The insanity defense meant demonstrating for the jury that there was no logical explanation for Auggie to be angry at DeLaney for what happened to his father, Burke, at least not enough for him to have an armed confrontation with DeLaney in the Carmel church parking lot. But was Auggie’s anger really that irrational?
Auggie was just a teenager when DeLaney filed the DeBartolo injunction lawsuit against his father. It was shortly afterward, that Marion County Prosecutor Steve Goldsmith filed a civil forfeiture lawsuit against Burke Mendenhall to, in advance, padlock the very building which was the subject of DeBartolo lawsuit. To serve the civil forfeiture summons on Burke Mendenhall at his home, approximately eight Carmel police cars showed up, when one was sufficient. Obviously, the police presence in serving a civil summons was an attempt at intimidating Burke. No doubt, Auggie, who was still a child living at home, witnessed what happened to his father.
The Goldsmith civil forfeiture action spawned news stories which left the false impression that Burke was some sort of pornographer. (Auggie talked about the embarrassment the stories caused for him at school.) That publicity was followed by a cascade of lenders foreclosing on Mendenhall properties. Deprived of rental income and reeling from cost of defending his business and reputation in court, Burke was eventually broken financially and declared bankruptcy.
After years of losses in federal and state court, Burke Mendenhall did eventually prevail when the United States Supreme Court said in a separate case that Indiana’s civil forfeiture did not allow for the pre-trial seizure of bookstore contents as it was a prior restraint on expression in violation of the First Amendment. With Goldsmith’s tactic used against Burke being declared unconstitutional, his office had no choice but to drop the civil forfeiture lawsuit. Unfortunately, the victory did not give Burke his reputation or restore his real estate development business.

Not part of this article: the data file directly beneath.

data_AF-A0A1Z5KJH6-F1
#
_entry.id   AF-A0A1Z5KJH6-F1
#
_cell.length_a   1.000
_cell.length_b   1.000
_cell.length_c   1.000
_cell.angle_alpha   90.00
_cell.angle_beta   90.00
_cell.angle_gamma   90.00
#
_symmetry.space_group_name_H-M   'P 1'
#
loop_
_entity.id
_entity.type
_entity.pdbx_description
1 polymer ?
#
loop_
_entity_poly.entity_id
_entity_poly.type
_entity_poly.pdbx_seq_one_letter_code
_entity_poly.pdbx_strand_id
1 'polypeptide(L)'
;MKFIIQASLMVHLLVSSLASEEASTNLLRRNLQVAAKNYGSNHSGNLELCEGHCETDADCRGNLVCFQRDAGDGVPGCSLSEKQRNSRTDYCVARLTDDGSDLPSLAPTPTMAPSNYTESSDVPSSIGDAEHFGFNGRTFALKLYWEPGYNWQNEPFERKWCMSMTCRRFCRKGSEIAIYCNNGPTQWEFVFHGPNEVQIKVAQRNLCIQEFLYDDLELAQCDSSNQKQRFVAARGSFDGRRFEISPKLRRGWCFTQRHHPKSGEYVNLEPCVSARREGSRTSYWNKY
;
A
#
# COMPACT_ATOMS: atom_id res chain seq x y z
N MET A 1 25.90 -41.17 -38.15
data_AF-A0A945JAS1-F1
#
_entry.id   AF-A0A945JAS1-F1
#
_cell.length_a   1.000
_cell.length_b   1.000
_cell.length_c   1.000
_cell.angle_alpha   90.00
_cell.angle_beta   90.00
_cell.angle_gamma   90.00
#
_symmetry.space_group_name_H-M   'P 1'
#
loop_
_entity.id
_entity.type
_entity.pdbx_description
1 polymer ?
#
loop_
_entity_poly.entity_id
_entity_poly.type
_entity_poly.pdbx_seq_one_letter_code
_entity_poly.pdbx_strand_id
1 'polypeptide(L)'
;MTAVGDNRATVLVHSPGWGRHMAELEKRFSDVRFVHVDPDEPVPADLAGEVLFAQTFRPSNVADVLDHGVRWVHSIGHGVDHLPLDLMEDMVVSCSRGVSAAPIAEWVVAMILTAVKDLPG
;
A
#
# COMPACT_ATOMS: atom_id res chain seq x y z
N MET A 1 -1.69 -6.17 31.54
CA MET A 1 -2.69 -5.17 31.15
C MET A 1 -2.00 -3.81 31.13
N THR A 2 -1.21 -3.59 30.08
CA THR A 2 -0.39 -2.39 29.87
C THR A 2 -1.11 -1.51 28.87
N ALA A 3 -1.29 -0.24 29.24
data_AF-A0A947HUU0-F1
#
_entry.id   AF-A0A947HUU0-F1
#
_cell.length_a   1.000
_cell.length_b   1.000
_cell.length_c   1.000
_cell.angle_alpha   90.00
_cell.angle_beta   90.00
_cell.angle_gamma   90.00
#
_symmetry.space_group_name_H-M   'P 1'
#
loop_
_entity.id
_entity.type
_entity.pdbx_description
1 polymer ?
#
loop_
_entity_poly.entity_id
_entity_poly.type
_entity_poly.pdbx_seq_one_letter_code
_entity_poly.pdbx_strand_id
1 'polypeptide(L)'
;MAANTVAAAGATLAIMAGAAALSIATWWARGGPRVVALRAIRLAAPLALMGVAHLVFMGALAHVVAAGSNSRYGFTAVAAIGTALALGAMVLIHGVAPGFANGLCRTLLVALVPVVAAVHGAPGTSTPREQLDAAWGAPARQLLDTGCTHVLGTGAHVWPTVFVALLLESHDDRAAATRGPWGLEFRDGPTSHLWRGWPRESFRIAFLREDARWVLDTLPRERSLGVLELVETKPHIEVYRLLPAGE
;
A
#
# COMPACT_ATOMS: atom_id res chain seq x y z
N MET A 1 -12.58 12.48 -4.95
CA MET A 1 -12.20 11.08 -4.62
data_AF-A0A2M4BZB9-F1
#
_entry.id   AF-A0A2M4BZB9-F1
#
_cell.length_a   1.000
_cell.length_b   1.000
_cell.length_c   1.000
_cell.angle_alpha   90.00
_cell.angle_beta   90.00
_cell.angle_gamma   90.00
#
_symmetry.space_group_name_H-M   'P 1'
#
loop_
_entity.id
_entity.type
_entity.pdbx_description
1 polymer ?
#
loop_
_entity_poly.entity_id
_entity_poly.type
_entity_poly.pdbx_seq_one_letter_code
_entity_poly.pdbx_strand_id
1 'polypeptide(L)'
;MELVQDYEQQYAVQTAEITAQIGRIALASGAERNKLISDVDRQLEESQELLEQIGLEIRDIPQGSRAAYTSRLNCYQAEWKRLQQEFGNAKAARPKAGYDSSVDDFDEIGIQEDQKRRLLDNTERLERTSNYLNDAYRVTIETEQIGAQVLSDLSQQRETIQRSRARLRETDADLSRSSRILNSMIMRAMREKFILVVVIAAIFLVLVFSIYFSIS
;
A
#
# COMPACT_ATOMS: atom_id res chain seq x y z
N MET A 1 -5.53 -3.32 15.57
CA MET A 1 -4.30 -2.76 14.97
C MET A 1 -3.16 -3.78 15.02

A closer look at the facts suggest it was hardly irrational for Auggie or Burke to see a connection between DeLaney’s filing of the DeBartolo lawsuit and Goldsmith filing the civil forfeiture action. Delaney and Goldsmith were neighbors, and both had been partners at the Indianapolis law firm Barnes & Thornburg. Delaney’s wife, Ann, worked for Goldsmith at the Marion County Prosecutor’s Office. Indeed, during his deposition before Auggie’s criminal case, DeLaney admitted he may well have talked to Goldsmith about the lawsuit he had filed against Burke Mendenhall.
Far from being irrational, it was quite rational that Auggie would blame DeLaney for the financial and personal harm that was done to his father. It is likewise understandable that years later, Auggie would still nurse a grudge that motivated him to confront DeLaney for what happened to his father. For his meeting with DeLaney in a car parked in a Carmel church parking lot, Auggie wore a Halloween outfit, heavy winter gloves (even though it was in the 50’s that day), and he brought with him a cheap handgun (instead of the Glock which he owned) which was encased in a plastic bag. When the gun was found later, the safety was on. Hardly the actions of someone who had the intent to kill.
It could well have been that Auggie was an uncooperative client who would not agree to a “I was just there to scare him” presentation of facts that, even if accepted by the jury, would been a felony conviction which gave him substantial time in prison. The only way to avoid any felony conviction and avoid prison entirely was for Auggie to win on the longshot insanity defense.
Nonetheless, the defense strategy had the unfortunate effect of further brutalizing the reputation of Burke and Auggie, while most undeservedly lionizing DeLaney. DeLaney almost certainly shares blame for the financial and personal harm inflicted on Burke Mendenhall. To think otherwise is to ignore the strong possibility that Goldsmith's civil forfeiture lawsuit against Mendenhall was filed to aid DeLaney in the representation of his corporate client. But while DeLaney is not without fault, Goldsmith may be even more to blame. As an elected prosecutor he had enormous power, and he seems to have blatantly abused that power to try to destroy Burke Mendenhall. He should not be given a pass for his conduct.
The sad tale of Auggie Mendenhall is not a story about a crazy son and his delusional father. It is a story about how powerful, well-connected people can misuse their power to hurt people who lack the power to fight back. While we cannot know for certain that DeLaney enlisted the awesome power of Marion County Prosecutor Steve Goldsmith to advance the interests of his client and, in the process, crush Burke Mendenhall, it is entirely rational to make that connection.
Burke Mendenhall and his son, Auggie, deserved better.
RIP, Augustus “Auggie” Mendenhall.
Well written Paul. I was just recently thinking about Gus Mendenhall. Like Gary Welsh his death is a great loss. I remember how you and Gary wrote about this all those years ago. We must keep up the pressure on the Delaney’s and the Goldsmith’s of the world. Let’s keep up the good fight for Gary and Gus!
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